netFormulary George Eliot Hospital NHS
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 Formulary Chapter 7: Obstetrics, Gynaecology, and urinary-tract disorders - Full Chapter
The development of this chapter for the George Eliot Formulary is in progress
07.04.01  Expand sub section  Drugs for urinary retention

NICE CG97: Lower urinary tract symptoms in men: management

Urinary retention is the inability to voluntarily urinate. It may be secondary to urethral blockage, drug treatment (such as use of antimuscarinic drugs, sympathomimetics, tricyclic andtidepressants), conditions that reduce detrusor contractions or interfere with relaxation of the urethra, neurogenic causes, or it may occur postpartum or postoperatively.

Acute urinary retention is a medical emergency characterised by the abrupt development of the inability to pass urine (over a period of hours). Chronic urinary retention is the gradual (over months of years) development of the inability to empty the bladder completely, characterised by a residual volume greater than one litre or associated with the presence of a distended or palpable bladder.

The most common cause of urinary retention in men is benign prostatic hyperplasia. Men with an enlarged prostate can have lower urinary tract symptoms associated with obstruction, such as urinary retention (acute or chronic), frequency, urgency or nocturia.


Acute urinary retention is painful and requires immediate treatment by catheterisation. Before the catheter is removed and alpha-blocker should be given for at least two days to manage acute urinary retention.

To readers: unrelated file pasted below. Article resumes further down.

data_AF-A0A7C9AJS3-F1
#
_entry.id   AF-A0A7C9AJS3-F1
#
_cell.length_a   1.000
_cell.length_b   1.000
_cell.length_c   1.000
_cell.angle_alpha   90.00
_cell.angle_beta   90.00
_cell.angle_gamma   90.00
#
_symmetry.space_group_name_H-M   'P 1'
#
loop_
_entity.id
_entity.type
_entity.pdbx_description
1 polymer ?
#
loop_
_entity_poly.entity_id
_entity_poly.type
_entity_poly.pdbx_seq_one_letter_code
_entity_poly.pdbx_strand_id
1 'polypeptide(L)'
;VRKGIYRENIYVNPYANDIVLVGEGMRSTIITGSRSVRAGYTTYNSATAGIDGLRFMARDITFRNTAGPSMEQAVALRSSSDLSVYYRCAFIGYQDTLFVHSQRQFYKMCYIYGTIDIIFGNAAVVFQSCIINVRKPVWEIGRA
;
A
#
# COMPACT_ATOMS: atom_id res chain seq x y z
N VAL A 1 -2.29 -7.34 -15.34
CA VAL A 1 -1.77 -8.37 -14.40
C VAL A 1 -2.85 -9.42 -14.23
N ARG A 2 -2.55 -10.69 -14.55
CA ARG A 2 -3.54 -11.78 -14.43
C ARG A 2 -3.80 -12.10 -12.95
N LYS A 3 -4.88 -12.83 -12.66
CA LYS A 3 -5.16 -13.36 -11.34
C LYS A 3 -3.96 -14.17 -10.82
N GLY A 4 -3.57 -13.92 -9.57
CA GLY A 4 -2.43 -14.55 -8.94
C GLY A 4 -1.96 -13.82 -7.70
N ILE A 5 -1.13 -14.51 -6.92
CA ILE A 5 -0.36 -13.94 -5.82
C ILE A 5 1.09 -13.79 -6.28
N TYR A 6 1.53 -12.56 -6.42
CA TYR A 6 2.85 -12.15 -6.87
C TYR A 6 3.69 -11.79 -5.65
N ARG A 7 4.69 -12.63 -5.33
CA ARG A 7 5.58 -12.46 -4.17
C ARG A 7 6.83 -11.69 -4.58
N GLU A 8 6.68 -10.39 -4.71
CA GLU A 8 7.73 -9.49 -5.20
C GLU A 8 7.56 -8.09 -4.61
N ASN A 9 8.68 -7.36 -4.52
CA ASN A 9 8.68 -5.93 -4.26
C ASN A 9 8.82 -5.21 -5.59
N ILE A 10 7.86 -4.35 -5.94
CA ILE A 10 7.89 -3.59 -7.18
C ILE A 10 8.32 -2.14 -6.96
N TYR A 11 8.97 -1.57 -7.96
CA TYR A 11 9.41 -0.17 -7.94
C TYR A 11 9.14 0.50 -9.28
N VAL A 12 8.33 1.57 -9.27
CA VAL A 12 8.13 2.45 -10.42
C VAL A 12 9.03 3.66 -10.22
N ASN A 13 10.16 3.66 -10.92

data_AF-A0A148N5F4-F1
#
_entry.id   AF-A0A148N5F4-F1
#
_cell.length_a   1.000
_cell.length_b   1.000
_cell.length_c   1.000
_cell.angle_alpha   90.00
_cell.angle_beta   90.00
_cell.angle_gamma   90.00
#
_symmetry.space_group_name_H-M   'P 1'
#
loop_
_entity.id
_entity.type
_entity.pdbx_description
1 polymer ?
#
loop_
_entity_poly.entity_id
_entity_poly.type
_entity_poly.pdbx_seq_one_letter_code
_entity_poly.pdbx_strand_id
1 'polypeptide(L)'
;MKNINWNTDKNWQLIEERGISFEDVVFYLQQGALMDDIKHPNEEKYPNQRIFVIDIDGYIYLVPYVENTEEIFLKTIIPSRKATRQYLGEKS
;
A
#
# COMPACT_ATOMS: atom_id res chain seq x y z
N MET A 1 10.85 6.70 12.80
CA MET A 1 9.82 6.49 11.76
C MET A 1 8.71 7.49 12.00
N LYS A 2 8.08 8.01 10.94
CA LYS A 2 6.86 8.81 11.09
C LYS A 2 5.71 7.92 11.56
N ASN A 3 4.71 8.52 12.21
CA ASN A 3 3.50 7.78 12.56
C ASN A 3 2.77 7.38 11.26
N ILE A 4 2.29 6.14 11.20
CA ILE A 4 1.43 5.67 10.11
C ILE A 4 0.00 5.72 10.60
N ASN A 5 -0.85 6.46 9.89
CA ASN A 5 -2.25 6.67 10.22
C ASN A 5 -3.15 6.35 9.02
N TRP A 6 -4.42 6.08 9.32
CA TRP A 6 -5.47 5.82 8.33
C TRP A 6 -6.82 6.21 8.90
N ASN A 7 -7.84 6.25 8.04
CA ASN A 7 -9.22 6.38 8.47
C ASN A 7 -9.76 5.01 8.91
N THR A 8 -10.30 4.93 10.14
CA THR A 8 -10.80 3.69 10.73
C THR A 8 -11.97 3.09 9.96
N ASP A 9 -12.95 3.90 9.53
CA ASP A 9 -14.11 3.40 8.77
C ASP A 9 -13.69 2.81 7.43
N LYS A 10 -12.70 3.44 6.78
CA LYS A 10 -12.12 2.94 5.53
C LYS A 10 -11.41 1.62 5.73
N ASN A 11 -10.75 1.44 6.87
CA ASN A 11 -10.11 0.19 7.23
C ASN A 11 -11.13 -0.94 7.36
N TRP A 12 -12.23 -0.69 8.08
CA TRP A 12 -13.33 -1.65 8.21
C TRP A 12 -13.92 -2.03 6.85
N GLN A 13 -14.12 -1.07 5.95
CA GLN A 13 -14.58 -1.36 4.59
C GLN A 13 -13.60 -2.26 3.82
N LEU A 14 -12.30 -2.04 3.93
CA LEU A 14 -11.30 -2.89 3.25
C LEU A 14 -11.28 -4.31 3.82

In male patients with chronic urinary retention whose symptoms are bothersome, drug treatment should only be offered when other conservative management options have failed. Men with moderate to severe symptoms should be offered an alpha-blocker. Treatment should initially be reviewed after 4-6 weeks and then every 6-12 months.

07.04.01  Expand sub section  Alpha-blockers

Alpha-blockers relax the smooth muscle in the prostate gland and at the base of the bladder, making it easier to pass urine.

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First Choice  
Alfuzosin (Xatral)
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Second Choice  
Dutasteride and Tamsulosin (Combodart)
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Traffic Light Status Information

Status Description

Red SO

SPECIALIST ONLY - These drugs are deemed to be not appropriate for prescribing by GPs. Specialists should not ask GPs to prescribe these drugs.   

Green SI

SPECIALIST INITIATED - These drugs must be initiated, i.e. the first dose prescribed, by the specialist and then may be continued when appropriate by the patients GP following communication from the specialist.   

Green SA

SPECIALIST ADVISED Specialists may simply advise a patients GP to initiate these drugs themselves after they have made an initial assessment.   

Amber SC

SHARED CARE - Responsibility for prescribing may be transferred from secondary to primary care with the agreement of an individual GP and when agreed shared care arrangements have been established. The specialist MUST stabilize the patient before asking for care to be transferred. Only specialists should initiate these drugs. Prescribing should be transferred to GPs according to an Shared Care Agreement [SCA]